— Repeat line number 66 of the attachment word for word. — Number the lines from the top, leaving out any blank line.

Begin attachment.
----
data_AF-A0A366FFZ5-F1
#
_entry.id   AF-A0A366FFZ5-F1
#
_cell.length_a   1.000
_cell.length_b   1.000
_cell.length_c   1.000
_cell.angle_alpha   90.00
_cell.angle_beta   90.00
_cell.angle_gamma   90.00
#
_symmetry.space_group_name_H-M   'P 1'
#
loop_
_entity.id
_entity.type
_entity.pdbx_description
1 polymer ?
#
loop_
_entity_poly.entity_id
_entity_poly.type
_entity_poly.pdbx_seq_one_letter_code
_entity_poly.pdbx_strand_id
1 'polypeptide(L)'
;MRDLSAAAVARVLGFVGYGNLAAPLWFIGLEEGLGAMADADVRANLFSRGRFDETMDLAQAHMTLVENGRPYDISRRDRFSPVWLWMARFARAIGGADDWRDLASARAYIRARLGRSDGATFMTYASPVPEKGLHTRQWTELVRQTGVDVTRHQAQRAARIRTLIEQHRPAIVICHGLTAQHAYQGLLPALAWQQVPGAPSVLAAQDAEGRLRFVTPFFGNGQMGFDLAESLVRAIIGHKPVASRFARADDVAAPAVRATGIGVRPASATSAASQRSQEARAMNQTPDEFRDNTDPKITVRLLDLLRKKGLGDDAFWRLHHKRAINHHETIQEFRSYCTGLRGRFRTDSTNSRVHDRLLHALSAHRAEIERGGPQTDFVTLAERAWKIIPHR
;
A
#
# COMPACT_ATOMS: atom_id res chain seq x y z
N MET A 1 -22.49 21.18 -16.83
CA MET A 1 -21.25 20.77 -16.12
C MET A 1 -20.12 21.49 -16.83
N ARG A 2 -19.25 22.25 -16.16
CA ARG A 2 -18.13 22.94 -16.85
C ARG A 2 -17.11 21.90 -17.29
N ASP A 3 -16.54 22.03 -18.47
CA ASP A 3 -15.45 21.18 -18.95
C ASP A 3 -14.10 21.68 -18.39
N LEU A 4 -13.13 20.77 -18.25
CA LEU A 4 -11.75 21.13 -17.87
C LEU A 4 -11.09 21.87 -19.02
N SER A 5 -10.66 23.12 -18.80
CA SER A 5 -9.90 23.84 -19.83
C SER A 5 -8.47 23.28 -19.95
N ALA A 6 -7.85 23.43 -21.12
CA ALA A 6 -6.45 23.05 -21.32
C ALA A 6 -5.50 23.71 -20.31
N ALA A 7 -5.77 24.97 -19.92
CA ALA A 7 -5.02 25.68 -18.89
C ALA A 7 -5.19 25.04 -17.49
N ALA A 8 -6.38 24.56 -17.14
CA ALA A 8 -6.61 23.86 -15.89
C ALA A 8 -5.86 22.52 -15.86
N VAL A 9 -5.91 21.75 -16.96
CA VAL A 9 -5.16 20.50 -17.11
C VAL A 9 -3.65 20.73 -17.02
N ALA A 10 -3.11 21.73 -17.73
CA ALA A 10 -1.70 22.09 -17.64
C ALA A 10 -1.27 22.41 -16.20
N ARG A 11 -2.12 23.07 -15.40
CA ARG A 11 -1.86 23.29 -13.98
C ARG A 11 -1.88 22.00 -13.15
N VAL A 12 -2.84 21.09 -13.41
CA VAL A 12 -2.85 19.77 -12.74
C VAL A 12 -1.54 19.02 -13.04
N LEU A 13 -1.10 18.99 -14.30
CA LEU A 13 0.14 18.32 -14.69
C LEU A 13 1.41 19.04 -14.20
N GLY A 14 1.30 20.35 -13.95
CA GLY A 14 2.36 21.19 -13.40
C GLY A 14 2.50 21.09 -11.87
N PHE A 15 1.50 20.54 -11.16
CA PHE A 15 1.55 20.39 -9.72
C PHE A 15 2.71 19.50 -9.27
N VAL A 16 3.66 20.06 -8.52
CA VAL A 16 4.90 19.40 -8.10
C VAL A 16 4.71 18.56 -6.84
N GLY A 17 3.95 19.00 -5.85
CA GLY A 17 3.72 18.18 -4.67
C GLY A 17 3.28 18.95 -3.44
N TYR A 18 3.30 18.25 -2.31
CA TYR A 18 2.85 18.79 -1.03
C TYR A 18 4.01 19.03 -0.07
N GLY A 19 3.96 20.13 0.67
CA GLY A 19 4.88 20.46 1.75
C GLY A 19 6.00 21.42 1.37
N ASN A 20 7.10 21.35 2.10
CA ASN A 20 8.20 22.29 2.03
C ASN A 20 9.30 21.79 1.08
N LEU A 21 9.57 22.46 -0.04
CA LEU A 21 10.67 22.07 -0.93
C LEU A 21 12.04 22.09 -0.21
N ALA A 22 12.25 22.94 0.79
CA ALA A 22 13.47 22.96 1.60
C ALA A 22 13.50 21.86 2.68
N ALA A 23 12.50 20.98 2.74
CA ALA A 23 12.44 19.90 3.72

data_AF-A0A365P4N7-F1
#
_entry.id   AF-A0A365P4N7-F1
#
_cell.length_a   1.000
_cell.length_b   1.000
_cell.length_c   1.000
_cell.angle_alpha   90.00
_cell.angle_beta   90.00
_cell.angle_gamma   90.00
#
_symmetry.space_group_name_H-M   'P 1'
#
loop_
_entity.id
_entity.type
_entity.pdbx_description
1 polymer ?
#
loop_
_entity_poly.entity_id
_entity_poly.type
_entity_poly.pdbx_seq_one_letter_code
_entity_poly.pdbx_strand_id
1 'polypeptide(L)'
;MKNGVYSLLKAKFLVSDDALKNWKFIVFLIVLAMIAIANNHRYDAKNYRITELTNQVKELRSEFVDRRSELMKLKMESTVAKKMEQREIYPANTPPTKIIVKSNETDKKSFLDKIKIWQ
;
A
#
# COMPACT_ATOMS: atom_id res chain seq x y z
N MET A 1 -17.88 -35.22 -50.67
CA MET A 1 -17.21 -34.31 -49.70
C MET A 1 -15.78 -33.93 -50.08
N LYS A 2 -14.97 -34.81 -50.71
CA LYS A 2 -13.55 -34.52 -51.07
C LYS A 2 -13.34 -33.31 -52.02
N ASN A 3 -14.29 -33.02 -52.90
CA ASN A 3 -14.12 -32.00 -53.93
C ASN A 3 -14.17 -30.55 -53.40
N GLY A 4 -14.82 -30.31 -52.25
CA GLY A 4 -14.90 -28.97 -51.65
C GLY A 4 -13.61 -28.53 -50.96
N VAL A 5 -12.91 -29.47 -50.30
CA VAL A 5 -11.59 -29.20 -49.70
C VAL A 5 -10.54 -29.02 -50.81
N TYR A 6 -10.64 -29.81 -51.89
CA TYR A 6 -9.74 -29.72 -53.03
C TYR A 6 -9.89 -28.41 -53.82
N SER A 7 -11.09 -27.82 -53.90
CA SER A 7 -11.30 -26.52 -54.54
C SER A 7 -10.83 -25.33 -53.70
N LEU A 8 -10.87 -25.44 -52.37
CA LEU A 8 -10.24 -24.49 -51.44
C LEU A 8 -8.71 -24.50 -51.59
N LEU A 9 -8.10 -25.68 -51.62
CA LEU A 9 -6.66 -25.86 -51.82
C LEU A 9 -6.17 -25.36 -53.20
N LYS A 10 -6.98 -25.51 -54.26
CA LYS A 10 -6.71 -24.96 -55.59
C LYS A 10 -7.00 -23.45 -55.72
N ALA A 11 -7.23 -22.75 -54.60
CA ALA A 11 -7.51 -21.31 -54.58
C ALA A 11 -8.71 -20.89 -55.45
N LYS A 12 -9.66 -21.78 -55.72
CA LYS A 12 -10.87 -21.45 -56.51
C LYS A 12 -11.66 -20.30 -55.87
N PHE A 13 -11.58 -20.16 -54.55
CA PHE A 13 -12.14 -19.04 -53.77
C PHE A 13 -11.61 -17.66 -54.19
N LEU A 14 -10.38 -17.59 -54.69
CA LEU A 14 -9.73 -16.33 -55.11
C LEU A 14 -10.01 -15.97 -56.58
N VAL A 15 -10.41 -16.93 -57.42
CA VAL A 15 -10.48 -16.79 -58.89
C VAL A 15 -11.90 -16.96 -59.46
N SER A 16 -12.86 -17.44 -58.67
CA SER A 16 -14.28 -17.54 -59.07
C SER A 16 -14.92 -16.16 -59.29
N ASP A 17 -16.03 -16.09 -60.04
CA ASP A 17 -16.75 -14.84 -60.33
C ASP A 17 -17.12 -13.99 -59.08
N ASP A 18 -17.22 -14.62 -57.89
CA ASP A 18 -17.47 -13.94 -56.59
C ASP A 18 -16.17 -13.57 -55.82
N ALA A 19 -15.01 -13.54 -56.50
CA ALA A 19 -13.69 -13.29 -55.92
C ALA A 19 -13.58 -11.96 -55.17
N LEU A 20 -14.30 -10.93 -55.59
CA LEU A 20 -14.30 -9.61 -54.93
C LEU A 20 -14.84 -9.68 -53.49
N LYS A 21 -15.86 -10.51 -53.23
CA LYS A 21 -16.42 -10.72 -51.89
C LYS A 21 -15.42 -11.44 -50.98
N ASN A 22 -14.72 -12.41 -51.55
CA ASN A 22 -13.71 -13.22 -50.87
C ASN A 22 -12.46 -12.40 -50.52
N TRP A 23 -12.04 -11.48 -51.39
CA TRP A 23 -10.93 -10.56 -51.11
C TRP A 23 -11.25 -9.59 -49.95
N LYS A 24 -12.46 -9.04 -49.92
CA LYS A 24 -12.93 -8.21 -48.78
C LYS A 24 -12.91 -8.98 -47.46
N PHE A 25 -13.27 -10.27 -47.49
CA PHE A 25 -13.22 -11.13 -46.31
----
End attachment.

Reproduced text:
C VAL A 12 -1.54 19.02 -13.04